Andrew Turner, the Island’s MP has said he is pleased that the Safe and Sustainable team are now actively working to establish accurate information about emergency transfer times from the Isle of Wight to the mainland.
The announcement was made shortly before a debate in the House of Commons about the options for reorganisation of Children’s Heart Surgery as outlined in the Safe and Sustainable consultation document. The team are also working to analyse the impact of patient flows between Oxford and Southampton hospitals in order to provide decision makers with the latest information following the suspension of children’s heart surgery at the John Radcliffe Hospital, Oxford. There had been concerns expressed that although the unit at Southampton is the second best in the country, it may lose out because it has historically carried out fewer procedures than units elsewhere.
In the debate Mr Turner criticised the suggestion that a specialist ambulance could get to the Island from Bristol or London in the standard time of three hours and the latest suggestion that transfer times for the Island should be increased to four hours. He explained how the Safe and Sustainable team had said they could ‘generate potential scenarios that could enable the ambulance to meet the standards’.
Speaking after the debate Mr Turner said : “This consultation is fundamentally flawed. It may be theoretically possible to get an ambulance from Bristol or London to St Mary’s, Newport, in four hours – however as the road element of the journey takes two hours alone an ambulance would have to arrive just as the ferry is leaving port in order meet these new longer timescales. They have completely ignored the facts that throughout the night there are long periods of time when there are long intervals between services or no service at all, and that adverse weather may affect crossing times. I am pleased they have confirmed today that they will be looking at these issues.”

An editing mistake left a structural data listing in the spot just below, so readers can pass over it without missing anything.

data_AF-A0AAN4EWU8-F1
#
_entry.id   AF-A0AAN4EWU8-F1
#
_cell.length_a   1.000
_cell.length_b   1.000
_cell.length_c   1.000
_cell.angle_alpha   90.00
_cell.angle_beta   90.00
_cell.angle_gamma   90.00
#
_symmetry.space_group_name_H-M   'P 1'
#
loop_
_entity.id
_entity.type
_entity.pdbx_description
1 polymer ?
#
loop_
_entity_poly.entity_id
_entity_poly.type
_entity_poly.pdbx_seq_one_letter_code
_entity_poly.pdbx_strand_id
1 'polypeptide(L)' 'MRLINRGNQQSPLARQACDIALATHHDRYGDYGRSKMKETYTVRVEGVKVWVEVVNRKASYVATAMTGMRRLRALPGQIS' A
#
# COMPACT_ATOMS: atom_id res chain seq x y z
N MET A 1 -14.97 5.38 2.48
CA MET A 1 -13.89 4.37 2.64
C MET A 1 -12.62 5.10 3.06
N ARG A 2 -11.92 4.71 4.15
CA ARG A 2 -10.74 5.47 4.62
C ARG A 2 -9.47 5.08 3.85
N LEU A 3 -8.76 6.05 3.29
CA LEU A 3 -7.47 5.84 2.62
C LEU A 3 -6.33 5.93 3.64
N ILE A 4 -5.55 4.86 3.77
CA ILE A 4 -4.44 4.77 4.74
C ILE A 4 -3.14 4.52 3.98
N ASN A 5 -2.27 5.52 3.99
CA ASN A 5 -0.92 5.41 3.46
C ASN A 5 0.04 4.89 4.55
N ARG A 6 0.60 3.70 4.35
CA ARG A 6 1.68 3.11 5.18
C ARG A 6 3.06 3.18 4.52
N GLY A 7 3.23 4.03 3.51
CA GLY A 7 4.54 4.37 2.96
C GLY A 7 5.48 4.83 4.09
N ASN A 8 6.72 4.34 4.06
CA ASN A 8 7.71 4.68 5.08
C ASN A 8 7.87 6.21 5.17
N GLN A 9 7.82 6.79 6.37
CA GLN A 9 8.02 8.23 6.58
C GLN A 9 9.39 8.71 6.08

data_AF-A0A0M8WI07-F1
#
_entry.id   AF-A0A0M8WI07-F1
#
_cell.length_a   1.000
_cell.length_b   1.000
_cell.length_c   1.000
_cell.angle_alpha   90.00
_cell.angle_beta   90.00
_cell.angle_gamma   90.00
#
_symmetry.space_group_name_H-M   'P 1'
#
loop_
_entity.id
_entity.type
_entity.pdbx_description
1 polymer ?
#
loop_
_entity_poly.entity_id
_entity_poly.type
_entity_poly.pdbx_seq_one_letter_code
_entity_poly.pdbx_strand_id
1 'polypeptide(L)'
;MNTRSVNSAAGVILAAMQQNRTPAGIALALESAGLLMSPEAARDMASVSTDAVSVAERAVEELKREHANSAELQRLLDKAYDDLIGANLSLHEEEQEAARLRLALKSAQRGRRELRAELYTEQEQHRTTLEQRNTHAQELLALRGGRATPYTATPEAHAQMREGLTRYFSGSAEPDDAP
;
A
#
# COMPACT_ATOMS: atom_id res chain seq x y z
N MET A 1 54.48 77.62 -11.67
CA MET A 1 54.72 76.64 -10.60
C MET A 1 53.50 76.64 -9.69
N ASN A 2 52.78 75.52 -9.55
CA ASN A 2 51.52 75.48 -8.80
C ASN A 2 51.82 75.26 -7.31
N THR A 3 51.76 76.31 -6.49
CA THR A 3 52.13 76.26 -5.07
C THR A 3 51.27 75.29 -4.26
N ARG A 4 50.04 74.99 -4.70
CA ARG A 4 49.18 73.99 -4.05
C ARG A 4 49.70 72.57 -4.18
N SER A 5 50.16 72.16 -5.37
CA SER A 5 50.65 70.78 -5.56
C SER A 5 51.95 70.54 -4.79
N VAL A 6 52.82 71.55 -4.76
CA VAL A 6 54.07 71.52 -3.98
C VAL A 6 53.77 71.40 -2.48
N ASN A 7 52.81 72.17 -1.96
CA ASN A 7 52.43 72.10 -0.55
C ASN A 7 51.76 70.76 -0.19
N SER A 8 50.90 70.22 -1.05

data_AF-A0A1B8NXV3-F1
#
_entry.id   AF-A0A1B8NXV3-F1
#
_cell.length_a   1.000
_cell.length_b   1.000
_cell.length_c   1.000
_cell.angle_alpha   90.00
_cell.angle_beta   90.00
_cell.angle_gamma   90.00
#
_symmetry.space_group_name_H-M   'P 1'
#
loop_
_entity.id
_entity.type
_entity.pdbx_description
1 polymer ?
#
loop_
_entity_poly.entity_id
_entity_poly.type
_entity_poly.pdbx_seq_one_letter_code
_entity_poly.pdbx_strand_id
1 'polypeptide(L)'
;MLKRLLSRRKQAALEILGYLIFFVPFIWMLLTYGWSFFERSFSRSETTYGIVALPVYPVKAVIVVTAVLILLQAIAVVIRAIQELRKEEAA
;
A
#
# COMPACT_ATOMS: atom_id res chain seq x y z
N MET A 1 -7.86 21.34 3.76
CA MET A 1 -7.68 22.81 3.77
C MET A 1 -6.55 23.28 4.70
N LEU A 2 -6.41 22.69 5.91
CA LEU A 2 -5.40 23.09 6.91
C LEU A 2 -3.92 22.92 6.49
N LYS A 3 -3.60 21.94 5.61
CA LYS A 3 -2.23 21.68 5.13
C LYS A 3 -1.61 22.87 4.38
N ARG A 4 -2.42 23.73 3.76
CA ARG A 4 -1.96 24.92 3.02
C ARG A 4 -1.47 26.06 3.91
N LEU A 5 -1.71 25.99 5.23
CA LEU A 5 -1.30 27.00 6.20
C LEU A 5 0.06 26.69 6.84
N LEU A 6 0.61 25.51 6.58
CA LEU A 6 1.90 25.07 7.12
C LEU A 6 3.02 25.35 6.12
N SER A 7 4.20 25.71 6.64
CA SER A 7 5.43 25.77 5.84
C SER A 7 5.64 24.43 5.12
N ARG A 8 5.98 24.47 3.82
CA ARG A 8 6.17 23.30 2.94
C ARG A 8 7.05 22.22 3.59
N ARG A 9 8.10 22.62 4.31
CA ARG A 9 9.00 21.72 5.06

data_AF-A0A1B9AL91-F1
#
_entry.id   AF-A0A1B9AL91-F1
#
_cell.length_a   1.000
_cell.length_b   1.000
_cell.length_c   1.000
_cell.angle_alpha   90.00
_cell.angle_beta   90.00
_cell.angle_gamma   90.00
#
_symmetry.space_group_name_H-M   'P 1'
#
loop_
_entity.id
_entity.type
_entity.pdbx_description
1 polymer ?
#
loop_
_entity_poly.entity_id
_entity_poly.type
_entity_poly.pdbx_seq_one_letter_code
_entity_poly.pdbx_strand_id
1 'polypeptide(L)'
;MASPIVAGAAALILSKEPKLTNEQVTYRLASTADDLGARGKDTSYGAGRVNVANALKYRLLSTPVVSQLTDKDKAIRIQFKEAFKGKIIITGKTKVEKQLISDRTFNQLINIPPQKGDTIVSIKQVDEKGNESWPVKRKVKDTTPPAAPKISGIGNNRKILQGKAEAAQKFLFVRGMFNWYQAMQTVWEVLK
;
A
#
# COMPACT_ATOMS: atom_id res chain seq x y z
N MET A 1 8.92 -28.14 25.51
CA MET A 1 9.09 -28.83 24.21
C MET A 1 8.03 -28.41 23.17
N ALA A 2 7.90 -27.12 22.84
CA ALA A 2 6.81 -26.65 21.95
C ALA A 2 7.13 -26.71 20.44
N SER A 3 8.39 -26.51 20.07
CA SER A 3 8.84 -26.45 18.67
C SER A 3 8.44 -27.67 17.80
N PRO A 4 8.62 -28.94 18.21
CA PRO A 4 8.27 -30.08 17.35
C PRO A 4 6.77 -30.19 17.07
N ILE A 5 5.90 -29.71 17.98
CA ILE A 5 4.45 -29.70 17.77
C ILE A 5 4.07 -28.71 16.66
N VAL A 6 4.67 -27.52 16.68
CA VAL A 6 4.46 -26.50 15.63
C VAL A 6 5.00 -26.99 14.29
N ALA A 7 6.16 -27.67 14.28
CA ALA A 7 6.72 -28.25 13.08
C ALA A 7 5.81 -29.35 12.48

He continued : “I also planned to make the point that at the same time that the NHS has suddenly decided that the Island is ‘remote’, DEFRA have decided it is pointless arguing that point to the EU, in relation to the provision of facilities to deal with fallen stock – however there was a time limit on speeches and I ran out of time. I will be submitting the text of my speech directly to the Safe and Sustainable review team today and asking them to look at these points carefully.”
Mr Turner was also a member of the delegation that delivered a petition with 232,733 signatures to Downing Street yesterday with campaigners from across the South and other MPs.
After leaving Downing Street Mr Turner said : “I want to pay tribute to Helen Lavarty who had done so much to highlight the issue locally and has ploughed through hundreds of pages of NHS documents. That is all the more impressive as her two and a half year old daughter Nancy has just undergone her third session of open-heart surgery which is why she could not come along to help deliver the peitition. Helen tells me that Nancy is doing ‘brilliantly’ and that is great news – a real testament to the excellent care provided at Southampton. I will continue to work with other MPs of all parties to ensure that the case for Southampton is properly assessed.”